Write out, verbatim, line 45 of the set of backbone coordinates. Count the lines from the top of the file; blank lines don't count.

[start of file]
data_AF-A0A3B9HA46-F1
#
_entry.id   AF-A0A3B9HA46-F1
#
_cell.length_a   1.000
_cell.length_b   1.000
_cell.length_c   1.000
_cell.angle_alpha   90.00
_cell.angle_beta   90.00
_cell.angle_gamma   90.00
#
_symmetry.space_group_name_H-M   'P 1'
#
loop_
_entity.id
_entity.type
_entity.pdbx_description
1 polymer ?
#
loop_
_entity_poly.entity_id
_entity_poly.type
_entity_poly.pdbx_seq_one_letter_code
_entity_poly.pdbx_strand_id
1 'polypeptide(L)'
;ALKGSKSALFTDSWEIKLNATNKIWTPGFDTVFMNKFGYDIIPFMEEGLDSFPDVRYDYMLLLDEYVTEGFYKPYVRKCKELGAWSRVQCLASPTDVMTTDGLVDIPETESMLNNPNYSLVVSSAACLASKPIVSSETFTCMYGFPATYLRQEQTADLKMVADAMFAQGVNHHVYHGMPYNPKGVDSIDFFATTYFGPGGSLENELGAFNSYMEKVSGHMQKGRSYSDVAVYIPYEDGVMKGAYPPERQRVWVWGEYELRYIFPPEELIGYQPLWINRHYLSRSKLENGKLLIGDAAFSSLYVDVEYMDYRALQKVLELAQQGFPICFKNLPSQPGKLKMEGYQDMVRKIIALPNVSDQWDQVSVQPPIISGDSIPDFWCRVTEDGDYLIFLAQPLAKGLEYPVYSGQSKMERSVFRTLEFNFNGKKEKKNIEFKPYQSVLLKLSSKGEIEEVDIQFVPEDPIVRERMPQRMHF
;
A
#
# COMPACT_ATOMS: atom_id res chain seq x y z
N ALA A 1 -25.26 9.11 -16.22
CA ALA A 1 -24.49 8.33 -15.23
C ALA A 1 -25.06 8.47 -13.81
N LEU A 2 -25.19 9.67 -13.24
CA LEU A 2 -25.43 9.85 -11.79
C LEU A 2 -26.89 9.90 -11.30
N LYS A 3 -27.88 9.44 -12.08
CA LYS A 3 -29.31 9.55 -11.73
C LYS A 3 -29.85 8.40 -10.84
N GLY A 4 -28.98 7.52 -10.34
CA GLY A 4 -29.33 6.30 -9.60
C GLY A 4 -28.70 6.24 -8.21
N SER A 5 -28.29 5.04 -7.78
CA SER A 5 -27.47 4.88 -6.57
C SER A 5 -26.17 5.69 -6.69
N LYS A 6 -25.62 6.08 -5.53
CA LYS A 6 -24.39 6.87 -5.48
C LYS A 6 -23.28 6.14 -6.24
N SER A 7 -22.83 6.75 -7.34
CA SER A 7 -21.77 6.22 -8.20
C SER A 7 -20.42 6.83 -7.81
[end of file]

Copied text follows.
C SER A 5 -26.17 5.69 -6.69